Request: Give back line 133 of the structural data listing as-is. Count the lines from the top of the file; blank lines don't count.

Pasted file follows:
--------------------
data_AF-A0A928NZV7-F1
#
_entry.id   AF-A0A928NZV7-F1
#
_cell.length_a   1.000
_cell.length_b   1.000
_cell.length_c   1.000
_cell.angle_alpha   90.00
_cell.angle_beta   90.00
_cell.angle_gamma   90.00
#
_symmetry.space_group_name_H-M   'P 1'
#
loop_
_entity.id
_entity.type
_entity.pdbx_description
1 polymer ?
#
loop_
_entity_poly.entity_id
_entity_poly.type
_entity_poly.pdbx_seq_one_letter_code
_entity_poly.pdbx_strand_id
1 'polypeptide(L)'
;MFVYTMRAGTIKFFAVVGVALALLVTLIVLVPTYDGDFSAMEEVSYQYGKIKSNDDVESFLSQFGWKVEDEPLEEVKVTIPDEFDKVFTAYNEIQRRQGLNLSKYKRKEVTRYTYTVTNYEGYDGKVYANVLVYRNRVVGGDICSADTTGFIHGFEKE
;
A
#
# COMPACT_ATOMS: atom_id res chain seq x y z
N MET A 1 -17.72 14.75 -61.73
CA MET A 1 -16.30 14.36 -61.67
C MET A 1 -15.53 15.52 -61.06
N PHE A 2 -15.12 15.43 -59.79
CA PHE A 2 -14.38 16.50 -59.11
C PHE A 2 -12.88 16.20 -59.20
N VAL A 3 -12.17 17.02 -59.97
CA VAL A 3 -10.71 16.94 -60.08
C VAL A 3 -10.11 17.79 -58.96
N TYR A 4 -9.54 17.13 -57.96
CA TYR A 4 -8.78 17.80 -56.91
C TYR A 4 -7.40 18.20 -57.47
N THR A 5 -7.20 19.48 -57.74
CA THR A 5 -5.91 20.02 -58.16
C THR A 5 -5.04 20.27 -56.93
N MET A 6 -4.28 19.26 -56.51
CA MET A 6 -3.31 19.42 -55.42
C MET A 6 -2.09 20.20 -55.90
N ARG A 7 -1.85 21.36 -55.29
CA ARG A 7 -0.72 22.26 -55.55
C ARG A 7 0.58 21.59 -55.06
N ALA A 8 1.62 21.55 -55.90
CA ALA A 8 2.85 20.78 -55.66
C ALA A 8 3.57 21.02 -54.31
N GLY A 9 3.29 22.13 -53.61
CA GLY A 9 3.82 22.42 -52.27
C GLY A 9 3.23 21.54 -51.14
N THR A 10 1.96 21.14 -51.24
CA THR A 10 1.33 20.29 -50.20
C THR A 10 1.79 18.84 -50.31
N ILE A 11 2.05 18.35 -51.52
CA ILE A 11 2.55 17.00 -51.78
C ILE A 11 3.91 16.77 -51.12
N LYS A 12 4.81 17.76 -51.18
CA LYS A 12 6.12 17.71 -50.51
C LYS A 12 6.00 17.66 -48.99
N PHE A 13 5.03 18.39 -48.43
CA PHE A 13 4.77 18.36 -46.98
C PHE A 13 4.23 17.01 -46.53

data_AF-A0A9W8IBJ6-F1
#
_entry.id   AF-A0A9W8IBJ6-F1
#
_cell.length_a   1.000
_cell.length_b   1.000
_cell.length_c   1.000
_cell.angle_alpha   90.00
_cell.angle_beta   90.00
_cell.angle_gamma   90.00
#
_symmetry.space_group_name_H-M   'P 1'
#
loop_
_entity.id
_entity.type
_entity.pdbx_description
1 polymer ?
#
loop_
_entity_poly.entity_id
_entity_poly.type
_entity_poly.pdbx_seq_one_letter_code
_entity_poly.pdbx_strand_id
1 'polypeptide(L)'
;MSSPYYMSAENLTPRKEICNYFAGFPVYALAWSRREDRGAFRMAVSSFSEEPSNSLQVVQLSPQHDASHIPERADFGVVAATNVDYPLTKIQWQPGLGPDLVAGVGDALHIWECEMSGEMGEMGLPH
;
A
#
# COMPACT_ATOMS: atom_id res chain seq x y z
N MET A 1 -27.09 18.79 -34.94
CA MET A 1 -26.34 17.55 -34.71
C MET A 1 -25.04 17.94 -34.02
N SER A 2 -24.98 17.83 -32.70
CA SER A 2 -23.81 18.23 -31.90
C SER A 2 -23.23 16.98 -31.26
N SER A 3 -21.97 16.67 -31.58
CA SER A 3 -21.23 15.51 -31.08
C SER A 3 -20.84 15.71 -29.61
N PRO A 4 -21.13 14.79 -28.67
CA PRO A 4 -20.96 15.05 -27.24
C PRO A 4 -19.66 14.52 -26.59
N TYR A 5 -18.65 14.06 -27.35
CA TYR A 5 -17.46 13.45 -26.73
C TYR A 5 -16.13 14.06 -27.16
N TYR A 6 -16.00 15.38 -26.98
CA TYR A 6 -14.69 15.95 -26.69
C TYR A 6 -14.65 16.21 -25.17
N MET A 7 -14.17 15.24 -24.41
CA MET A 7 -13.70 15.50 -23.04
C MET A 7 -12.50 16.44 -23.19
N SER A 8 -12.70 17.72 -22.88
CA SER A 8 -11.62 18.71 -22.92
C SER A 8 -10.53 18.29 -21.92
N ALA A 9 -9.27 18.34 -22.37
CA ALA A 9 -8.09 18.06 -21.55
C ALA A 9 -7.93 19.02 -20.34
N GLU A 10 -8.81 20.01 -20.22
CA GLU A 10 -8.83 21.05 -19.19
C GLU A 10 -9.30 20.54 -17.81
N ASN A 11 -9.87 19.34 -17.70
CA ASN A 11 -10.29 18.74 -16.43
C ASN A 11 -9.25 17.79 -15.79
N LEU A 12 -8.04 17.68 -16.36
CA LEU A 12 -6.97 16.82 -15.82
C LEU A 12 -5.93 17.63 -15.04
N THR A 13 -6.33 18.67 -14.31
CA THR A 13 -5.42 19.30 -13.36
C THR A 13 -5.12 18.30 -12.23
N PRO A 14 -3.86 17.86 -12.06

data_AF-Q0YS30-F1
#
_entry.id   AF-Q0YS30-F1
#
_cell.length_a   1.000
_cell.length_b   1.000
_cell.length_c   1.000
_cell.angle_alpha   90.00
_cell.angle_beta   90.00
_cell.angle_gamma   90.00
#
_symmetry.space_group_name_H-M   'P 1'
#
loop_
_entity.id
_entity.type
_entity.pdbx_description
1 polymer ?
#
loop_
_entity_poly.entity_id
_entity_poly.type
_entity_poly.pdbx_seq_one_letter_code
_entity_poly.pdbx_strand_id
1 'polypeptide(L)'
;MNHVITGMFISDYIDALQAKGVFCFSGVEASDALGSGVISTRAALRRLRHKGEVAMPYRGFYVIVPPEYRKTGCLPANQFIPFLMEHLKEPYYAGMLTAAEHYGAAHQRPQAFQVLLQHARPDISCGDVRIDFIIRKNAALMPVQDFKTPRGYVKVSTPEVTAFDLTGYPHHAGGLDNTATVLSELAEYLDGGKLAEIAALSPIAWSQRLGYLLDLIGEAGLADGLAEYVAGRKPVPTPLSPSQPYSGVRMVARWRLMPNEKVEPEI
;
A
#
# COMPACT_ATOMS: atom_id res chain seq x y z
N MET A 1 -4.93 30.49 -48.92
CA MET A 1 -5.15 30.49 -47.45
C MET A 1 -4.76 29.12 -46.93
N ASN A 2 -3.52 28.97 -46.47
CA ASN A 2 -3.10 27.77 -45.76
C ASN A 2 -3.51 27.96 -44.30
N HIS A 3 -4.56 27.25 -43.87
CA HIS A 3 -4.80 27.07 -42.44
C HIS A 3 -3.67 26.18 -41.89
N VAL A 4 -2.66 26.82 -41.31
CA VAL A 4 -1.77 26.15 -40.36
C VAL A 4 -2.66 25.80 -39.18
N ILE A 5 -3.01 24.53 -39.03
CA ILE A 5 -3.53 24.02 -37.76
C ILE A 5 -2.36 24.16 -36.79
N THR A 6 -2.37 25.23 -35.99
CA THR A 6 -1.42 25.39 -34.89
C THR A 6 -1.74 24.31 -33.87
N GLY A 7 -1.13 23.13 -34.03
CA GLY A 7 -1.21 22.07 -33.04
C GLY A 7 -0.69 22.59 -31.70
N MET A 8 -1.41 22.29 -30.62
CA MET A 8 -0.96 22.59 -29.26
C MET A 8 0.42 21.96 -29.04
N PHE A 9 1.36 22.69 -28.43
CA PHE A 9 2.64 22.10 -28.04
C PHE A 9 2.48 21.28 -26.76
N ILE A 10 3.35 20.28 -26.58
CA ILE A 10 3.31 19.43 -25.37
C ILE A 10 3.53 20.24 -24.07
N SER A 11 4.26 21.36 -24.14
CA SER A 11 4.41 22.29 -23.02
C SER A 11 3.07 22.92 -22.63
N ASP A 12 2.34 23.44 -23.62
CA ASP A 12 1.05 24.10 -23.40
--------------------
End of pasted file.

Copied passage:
N LEU A 12 -8.04 17.68 -16.36